Earthquake felt in Madeira

… is the strongest for 45 years

Collapsed wall after earthquakeThis is being reported after the event because of ongoing problems caused by the volume of traffic on this website, which went through the roof last night after the island felt a significant earthquake. The number of “hits” on the server simply brought it to a halt, although foul play has not been ruled out, and it is struggling again this morning, so apologies to all!

The Portuguese Weather Institute (IPMA) initially issued a press statement reporting that the earthquake’s epicentre was registered about 40 km southwest of the Deserta Grande last night (Saturday), at 20:58 (local time) and that so far it had not caused material or personal damage. The epicentre was 50 km from Funchal. Later reports, however, say that there was minor structural damage, with three roads collapsing and some minor landslides.

The earthquake was first reported as being 5.3 on the Richter scale but later reformulated to a magnitude of 5.1. A lot of tremors around the Azores reported here recently have been in the 3 to 4 range on the Richter scale and always described as “not being felt” by the local population, but this was certainly noticeable throughout the majority of the island.

There was actually a second earthquake, which was almost imperceptible but very close to the first, at 9:22 pm, from 2.4 to 2.3 on the Richter scale.

The situation on the island was relatively calm after the earthquake, with a few – but certainly not all – residents of Funchal taking to the streets with a little trepidation in the event of there being another. There actually was a second earthquake, which was almost imperceptible but very close to the first, at 9:22 pm, measured at 2.3 to 2.4 on the Richter scale.

According to IPMA, the earthquake that hit the island is not of volcanic origin and will be related to a readjustment of tectonic plates. They declined to rule out with 100% accuracy, the re-occurrence of similar events.

Map of Madeira showing location of earthquake

Earthquakes in Madeira “dormant, not extinct”

The Diario reports that in the opinion of the geologist engineer João Baptist it is necessary to have some restraint and above all to gather a lot of information about the earthquake and seismic activity in the coming days. From this information, work on the data, analyze and draw conclusions. “We know that our volcanic activity is dormant, not extinct, contrary to what can be said, and it is necessary to know how to interpret these signs well and see if there is a cause-effect relationship or not”, he defended. “But I can say that this type of earthquake is no exception”.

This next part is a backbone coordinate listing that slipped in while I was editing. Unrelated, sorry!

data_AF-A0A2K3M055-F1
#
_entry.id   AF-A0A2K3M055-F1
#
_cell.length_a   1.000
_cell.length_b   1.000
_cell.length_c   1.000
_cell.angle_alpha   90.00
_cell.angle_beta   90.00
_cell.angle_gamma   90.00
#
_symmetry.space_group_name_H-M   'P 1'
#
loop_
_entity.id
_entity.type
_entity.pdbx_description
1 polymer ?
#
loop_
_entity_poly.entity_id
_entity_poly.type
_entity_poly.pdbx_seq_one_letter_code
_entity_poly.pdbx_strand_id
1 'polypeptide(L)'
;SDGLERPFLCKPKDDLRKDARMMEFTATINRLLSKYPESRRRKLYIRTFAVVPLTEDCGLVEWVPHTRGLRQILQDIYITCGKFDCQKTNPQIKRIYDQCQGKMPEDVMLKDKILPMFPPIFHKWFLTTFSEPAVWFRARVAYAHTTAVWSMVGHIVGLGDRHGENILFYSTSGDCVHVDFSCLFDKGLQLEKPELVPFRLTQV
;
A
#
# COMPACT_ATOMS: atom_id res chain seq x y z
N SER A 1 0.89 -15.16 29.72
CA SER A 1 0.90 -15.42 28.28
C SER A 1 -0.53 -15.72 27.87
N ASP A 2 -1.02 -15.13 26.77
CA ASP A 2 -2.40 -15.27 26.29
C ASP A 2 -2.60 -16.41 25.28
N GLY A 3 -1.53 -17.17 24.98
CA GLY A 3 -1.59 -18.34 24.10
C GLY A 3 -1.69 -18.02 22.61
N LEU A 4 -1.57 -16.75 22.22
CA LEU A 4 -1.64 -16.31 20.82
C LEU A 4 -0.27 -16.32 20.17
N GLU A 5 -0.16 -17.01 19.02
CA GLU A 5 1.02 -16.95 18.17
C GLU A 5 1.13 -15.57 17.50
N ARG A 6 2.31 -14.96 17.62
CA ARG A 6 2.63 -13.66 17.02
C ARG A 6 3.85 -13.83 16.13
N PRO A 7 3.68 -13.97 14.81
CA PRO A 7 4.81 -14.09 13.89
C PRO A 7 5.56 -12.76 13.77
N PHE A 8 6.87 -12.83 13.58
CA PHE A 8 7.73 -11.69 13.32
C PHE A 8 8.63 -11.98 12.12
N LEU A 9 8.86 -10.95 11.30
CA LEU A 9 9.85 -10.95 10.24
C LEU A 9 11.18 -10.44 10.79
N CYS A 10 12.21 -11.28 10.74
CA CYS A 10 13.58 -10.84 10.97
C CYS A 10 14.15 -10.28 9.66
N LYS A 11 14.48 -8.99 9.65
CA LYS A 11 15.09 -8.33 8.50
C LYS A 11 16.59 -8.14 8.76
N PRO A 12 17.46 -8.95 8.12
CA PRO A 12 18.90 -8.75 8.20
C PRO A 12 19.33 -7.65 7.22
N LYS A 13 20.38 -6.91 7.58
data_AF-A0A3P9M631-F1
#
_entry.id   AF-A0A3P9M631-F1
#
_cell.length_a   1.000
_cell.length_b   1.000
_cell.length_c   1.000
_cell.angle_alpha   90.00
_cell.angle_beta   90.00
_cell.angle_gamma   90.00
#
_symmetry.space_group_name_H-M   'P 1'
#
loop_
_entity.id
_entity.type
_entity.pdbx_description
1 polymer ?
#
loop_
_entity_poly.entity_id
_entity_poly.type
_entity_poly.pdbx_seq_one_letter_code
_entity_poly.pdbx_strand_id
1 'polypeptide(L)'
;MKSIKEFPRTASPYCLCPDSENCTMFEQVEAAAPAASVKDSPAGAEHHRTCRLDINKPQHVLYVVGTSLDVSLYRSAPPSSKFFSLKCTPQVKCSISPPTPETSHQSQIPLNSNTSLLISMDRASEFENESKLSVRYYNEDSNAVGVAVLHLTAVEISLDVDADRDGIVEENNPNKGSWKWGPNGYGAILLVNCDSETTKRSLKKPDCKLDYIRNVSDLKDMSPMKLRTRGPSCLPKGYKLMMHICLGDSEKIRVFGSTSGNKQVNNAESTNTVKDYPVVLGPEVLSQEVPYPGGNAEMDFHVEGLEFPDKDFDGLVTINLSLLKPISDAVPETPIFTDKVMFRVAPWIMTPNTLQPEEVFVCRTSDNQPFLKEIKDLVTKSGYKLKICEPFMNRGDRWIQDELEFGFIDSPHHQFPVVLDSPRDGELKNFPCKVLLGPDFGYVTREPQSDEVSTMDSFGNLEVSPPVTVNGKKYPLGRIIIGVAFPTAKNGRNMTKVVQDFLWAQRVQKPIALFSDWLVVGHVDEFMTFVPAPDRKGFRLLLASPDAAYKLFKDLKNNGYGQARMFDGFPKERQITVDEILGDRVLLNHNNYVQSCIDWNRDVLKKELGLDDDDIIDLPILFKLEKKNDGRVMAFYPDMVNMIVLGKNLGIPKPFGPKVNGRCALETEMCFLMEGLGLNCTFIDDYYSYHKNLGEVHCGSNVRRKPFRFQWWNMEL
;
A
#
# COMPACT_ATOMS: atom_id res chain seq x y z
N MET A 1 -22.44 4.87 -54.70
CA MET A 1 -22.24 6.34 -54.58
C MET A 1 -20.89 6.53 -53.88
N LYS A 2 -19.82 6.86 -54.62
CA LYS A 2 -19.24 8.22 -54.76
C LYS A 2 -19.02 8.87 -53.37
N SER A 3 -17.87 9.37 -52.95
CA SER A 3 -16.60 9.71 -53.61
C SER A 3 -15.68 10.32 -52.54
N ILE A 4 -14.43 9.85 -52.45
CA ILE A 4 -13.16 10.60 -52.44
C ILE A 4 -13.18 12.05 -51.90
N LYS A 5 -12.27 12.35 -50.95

In the opinion of the researcher at the GeoBioTec Research Unit, it is important to assess seismic activity in the Region, see how often they occur, how the epicentres are distributed and “rethink a little” what is happening. See if there is an area with a higher probability of occurrence, as so far it has been somewhat dispersed. Last night’s 5.1 magnitude earthquake was recorded on the south coast, but there have been others off Porto Santo and on the north coast of Madeira. He also recalls that the earthquakes in Madeira are not new situations and that in 1848 there was one that strongly affected many historic buildings in downtown Funchal, namely the Sé tower.

In his view, it is important to contextualize the seismic part with the structural part. In the region, the islands are in a triple configuration. Porto Santo is aligned in the Northeast-Southwest direction; the Desertas towards Nor-Noroeste-Su-Sudoeste; and Madeira aligned east-west. “Although the Porto Santo volcanic building is on a seamount and Madeira Desertas is on another, we say that it is a triple radiated configuration. And it was interesting to interpret what is going on, if that configuration linked to the old rift that gave rise to Madeira-Desertas, if there is any activity in depth – there has to be – to have these manifestations and these energy dissipations on the surface”.

João Baptista says that before there was the idea that the earthquakes in Madeira were always reflections of the earthquakes of the Azores-Gibraltar fault. With these new developments, it is important to rethink this issue.

 

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